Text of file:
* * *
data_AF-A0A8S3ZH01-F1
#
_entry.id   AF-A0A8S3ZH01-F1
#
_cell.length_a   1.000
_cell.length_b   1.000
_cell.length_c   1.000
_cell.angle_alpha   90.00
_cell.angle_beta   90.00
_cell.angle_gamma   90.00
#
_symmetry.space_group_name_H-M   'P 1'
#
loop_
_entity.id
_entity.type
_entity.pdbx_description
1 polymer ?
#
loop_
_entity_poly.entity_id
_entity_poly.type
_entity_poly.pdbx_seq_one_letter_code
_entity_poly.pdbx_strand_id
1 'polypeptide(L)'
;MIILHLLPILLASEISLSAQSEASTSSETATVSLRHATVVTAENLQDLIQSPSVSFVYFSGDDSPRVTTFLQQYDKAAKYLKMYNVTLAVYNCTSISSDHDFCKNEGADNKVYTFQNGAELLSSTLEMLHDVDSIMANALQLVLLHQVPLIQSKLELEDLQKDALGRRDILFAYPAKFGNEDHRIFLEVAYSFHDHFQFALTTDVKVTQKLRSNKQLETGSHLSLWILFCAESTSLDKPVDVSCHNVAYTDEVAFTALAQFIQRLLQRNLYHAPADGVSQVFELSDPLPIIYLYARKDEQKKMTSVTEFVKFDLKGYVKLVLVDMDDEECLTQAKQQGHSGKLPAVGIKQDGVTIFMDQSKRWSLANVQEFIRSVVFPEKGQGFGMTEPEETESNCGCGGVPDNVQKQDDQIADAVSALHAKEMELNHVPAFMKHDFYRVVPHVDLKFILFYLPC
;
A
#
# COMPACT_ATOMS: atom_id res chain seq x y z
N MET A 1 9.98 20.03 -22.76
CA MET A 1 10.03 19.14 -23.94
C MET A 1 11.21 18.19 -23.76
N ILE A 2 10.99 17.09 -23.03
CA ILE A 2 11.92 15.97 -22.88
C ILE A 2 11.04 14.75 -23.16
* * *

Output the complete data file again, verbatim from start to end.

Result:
data_AF-A0A8S3ZH01-F1
#
_entry.id   AF-A0A8S3ZH01-F1
#
_cell.length_a   1.000
_cell.length_b   1.000
_cell.length_c   1.000
_cell.angle_alpha   90.00
_cell.angle_beta   90.00
_cell.angle_gamma   90.00
#
_symmetry.space_group_name_H-M   'P 1'
#
loop_
_entity.id
_entity.type
_entity.pdbx_description
1 polymer ?
#
loop_
_entity_poly.entity_id
_entity_poly.type
_entity_poly.pdbx_seq_one_letter_code
_entity_poly.pdbx_strand_id
1 'polypeptide(L)'
;MIILHLLPILLASEISLSAQSEASTSSETATVSLRHATVVTAENLQDLIQSPSVSFVYFSGDDSPRVTTFLQQYDKAAKYLKMYNVTLAVYNCTSISSDHDFCKNEGADNKVYTFQNGAELLSSTLEMLHDVDSIMANALQLVLLHQVPLIQSKLELEDLQKDALGRRDILFAYPAKFGNEDHRIFLEVAYSFHDHFQFALTTDVKVTQKLRSNKQLETGSHLSLWILFCAESTSLDKPVDVSCHNVAYTDEVAFTALAQFIQRLLQRNLYHAPADGVSQVFELSDPLPIIYLYARKDEQKKMTSVTEFVKFDLKGYVKLVLVDMDDEECLTQAKQQGHSGKLPAVGIKQDGVTIFMDQSKRWSLANVQEFIRSVVFPEKGQGFGMTEPEETESNCGCGGVPDNVQKQDDQIADAVSALHAKEMELNHVPAFMKHDFYRVVPHVDLKFILFYLPC
;
A
#
# COMPACT_ATOMS: atom_id res chain seq x y z
N MET A 1 9.98 20.03 -22.76
CA MET A 1 10.03 19.14 -23.94
C MET A 1 11.21 18.19 -23.76
N ILE A 2 10.99 17.09 -23.03
CA ILE A 2 11.92 15.97 -22.88
C ILE A 2 11.04 14.75 -23.16